Fewer Immigrants Are Applying for Food Stamps Out of Fear of Deportation

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President Donald Trump's hardline immigration policies have prompted many impoverished people from opting out of necessary federal food assistance because of fear that their relatives may be deported, the AP reports.

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While undocumented immigrants are not eligible to participate in the federal Supplemental Nutrition Assistance Program, U.S.-born Latinxs who come from mixed-status homes, where some family members may be citizens and others undocumented, are hesitant to apply.

Many feel it is too risky. According to the news wire, there have been accounts from all over the nation of people not signing up for food stamps, letting benefits lapse or withdrawing from the program out of this fear.

“They don’t want to put their name and address on a form for a government public benefit out of fear that they’ll be sought out and asked to leave,” said Teresa Smith, executive director of Catholic Charities of Orange County, Calif.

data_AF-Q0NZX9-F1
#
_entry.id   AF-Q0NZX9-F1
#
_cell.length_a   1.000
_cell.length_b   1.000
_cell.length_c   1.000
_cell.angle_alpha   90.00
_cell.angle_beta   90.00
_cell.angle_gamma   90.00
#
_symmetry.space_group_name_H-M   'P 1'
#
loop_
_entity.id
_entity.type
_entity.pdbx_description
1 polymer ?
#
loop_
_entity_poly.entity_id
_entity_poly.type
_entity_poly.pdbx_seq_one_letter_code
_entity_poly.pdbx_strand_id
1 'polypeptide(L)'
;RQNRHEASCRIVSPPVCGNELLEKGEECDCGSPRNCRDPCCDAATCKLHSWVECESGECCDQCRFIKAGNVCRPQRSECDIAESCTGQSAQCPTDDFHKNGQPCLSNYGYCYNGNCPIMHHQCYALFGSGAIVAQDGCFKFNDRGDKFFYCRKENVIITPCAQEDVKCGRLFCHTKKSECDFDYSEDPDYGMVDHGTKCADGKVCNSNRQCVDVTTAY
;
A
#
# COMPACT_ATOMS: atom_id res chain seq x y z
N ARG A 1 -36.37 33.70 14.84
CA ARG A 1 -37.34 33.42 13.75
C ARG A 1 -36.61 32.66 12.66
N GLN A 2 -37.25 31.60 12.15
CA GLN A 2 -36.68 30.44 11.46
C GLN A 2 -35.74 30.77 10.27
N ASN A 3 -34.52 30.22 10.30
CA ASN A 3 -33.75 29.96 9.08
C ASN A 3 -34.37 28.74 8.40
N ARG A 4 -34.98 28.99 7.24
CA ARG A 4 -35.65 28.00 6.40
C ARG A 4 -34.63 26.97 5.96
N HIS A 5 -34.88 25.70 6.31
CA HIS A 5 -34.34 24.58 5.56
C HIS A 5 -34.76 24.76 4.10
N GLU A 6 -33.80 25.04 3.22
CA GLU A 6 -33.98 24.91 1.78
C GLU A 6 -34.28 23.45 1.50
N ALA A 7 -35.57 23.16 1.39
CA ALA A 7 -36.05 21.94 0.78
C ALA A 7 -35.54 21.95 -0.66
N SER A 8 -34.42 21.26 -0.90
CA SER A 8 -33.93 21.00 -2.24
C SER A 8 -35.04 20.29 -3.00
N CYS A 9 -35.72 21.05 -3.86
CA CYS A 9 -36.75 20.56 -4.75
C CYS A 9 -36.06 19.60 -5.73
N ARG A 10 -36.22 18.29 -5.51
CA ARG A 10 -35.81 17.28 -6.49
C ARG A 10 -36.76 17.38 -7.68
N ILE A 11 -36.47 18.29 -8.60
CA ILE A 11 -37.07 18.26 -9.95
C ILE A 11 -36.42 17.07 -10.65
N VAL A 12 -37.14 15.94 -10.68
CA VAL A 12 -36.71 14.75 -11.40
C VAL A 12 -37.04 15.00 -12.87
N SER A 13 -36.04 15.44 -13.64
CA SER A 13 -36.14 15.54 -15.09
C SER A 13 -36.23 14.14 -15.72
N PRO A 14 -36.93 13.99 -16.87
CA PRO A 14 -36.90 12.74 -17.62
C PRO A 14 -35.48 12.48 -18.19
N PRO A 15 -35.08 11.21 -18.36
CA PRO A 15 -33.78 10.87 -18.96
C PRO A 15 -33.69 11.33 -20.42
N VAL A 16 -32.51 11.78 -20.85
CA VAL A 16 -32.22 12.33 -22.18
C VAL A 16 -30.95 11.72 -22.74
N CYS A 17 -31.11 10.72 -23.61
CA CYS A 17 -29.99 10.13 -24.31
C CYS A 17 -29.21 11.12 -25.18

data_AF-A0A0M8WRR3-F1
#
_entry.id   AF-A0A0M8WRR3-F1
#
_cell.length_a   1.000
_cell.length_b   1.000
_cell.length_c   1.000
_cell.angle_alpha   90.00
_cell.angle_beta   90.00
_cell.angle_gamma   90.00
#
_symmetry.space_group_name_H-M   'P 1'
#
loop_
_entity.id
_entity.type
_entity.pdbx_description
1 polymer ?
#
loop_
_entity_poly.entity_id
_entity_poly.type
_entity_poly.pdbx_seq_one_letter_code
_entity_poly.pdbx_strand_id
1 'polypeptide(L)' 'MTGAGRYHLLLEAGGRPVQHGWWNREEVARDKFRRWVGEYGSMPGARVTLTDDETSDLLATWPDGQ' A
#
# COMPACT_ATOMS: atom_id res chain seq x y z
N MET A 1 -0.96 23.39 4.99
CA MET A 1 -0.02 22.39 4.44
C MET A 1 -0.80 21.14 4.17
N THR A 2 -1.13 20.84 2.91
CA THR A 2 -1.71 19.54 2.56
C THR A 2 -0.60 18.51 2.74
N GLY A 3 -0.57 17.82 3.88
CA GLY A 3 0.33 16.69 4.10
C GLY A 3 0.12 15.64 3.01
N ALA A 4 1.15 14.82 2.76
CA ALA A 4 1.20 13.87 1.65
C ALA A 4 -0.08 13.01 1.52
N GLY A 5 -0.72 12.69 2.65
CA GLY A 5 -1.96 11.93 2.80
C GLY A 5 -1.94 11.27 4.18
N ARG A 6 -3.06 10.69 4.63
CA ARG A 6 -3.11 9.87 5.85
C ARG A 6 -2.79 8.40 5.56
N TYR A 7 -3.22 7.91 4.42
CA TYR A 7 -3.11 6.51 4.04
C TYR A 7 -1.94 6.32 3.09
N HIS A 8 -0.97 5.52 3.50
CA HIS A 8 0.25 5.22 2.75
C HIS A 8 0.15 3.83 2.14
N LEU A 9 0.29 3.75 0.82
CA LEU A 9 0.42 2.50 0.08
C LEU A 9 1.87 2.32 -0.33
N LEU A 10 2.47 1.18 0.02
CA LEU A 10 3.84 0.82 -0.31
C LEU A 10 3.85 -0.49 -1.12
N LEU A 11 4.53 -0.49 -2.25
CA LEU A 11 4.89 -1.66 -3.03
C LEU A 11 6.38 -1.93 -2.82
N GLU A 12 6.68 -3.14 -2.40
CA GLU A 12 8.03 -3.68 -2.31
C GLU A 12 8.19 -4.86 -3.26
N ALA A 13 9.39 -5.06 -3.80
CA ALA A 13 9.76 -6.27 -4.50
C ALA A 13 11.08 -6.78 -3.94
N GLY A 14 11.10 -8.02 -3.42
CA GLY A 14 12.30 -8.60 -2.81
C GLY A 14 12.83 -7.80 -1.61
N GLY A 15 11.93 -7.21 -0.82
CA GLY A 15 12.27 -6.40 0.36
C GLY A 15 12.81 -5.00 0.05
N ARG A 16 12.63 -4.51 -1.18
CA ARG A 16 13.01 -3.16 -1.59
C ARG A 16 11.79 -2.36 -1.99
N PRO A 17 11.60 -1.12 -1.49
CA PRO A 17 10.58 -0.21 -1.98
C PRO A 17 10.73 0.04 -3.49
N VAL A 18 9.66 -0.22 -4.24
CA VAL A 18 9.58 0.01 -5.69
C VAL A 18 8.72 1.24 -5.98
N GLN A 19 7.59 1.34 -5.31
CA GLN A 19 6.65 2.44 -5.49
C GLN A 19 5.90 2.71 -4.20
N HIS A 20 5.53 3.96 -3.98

The food stamp program provides those who qualify with monthly payments, typically about $125 per eligible household member, to impoverished families in order for them to buy essential items.

“This means less food on the table, fewer meals in houses where the kids have rights because they are U.S. citizens,” Andrew Hammond, an attorney for Chicago’s Sargent Shriver National Center on Poverty Law, said.

While it is not possible to determine the extent to which people are dropping out of the program due to this fear, activists and immigrants believe it’s on the rise.

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Similarly, there has been a growth in immigrants not reporting cases of domestic violence and sexual assault because of this same trepidation.